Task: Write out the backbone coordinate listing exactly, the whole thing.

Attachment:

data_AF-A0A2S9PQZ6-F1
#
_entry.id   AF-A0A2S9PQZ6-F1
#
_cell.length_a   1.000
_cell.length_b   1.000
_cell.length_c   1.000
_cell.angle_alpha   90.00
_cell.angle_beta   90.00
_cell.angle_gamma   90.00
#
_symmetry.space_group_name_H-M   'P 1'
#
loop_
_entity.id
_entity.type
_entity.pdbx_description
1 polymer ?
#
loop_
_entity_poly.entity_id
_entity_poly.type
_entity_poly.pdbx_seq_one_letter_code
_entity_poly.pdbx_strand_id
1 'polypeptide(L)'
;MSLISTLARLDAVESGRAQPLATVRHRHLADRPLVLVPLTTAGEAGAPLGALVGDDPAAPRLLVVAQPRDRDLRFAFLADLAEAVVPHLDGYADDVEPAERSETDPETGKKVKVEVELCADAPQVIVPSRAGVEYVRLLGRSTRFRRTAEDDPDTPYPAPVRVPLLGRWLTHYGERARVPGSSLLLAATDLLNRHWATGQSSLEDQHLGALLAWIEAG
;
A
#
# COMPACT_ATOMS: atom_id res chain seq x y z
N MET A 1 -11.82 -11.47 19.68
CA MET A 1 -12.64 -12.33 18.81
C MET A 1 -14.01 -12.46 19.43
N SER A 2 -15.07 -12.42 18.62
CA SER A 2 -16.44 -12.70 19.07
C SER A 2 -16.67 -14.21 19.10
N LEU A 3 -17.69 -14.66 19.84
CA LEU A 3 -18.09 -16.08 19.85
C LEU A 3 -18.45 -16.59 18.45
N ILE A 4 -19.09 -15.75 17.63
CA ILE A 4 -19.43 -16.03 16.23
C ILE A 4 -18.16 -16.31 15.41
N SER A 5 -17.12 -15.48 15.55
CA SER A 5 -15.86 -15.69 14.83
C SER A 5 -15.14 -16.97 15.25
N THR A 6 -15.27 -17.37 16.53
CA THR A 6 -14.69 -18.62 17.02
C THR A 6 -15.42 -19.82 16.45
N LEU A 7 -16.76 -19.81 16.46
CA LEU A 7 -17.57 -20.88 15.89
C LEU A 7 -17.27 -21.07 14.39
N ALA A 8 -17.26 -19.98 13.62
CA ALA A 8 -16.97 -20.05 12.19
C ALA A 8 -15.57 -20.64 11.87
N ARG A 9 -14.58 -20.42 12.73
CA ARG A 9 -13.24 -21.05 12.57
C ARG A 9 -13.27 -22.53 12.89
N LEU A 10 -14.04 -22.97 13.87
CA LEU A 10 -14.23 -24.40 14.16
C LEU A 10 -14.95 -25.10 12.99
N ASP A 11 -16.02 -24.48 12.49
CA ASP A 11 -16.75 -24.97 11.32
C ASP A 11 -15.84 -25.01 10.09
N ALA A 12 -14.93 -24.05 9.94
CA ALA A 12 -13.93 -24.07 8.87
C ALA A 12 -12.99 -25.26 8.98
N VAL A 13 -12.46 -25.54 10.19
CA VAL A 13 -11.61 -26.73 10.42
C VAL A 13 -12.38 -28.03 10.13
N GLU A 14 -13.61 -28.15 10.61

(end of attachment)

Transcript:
data_AF-A0A2S9PQZ6-F1
#
_entry.id   AF-A0A2S9PQZ6-F1
#
_cell.length_a   1.000
_cell.length_b   1.000
_cell.length_c   1.000
_cell.angle_alpha   90.00
_cell.angle_beta   90.00
_cell.angle_gamma   90.00
#
_symmetry.space_group_name_H-M   'P 1'
#
loop_
_entity.id
_entity.type
_entity.pdbx_description
1 polymer ?
#
loop_
_entity_poly.entity_id
_entity_poly.type
_entity_poly.pdbx_seq_one_letter_code
_entity_poly.pdbx_strand_id
1 'polypeptide(L)'
;MSLISTLARLDAVESGRAQPLATVRHRHLADRPLVLVPLTTAGEAGAPLGALVGDDPAAPRLLVVAQPRDRDLRFAFLADLAEAVVPHLDGYADDVEPAERSETDPETGKKVKVEVELCADAPQVIVPSRAGVEYVRLLGRSTRFRRTAEDDPDTPYPAPVRVPLLGRWLTHYGERARVPGSSLLLAATDLLNRHWATGQSSLEDQHLGALLAWIEAG
;
A
#
# COMPACT_ATOMS: atom_id res chain seq x y z
N MET A 1 -11.82 -11.47 19.68
CA MET A 1 -12.64 -12.33 18.81
C MET A 1 -14.01 -12.46 19.43
N SER A 2 -15.07 -12.42 18.62
CA SER A 2 -16.44 -12.70 19.07
C SER A 2 -16.67 -14.21 19.10
N LEU A 3 -17.69 -14.66 19.84
CA LEU A 3 -18.09 -16.08 19.85
C LEU A 3 -18.45 -16.59 18.45
N ILE A 4 -19.09 -15.75 17.63
CA ILE A 4 -19.43 -16.03 16.23
C ILE A 4 -18.16 -16.31 15.41
N SER A 5 -17.12 -15.48 15.55
CA SER A 5 -15.86 -15.69 14.83
C SER A 5 -15.14 -16.97 15.25
N THR A 6 -15.27 -17.37 16.53
CA THR A 6 -14.69 -18.62 17.02
C THR A 6 -15.42 -19.82 16.45
N LEU A 7 -16.76 -19.81 16.46
CA LEU A 7 -17.57 -20.88 15.89
C LEU A 7 -17.27 -21.07 14.39
N ALA A 8 -17.26 -19.98 13.62
CA ALA A 8 -16.97 -20.05 12.19
C ALA A 8 -15.57 -20.64 11.87
N ARG A 9 -14.58 -20.42 12.73
CA ARG A 9 -13.24 -21.05 12.57
C ARG A 9 -13.27 -22.53 12.89
N LEU A 10 -14.04 -22.97 13.87
CA LEU A 10 -14.23 -24.40 14.16
C LEU A 10 -14.95 -25.10 12.99
N ASP A 11 -16.02 -24.48 12.49
CA ASP A 11 -16.75 -24.97 11.32
C ASP A 11 -15.84 -25.01 10.09
N ALA A 12 -14.93 -24.05 9.94
CA ALA A 12 -13.93 -24.07 8.87
C ALA A 12 -12.99 -25.26 8.98
N VAL A 13 -12.46 -25.54 10.19
CA VAL A 13 -11.61 -26.73 10.42
C VAL A 13 -12.38 -28.03 10.13
N GLU A 14 -13.61 -28.15 10.61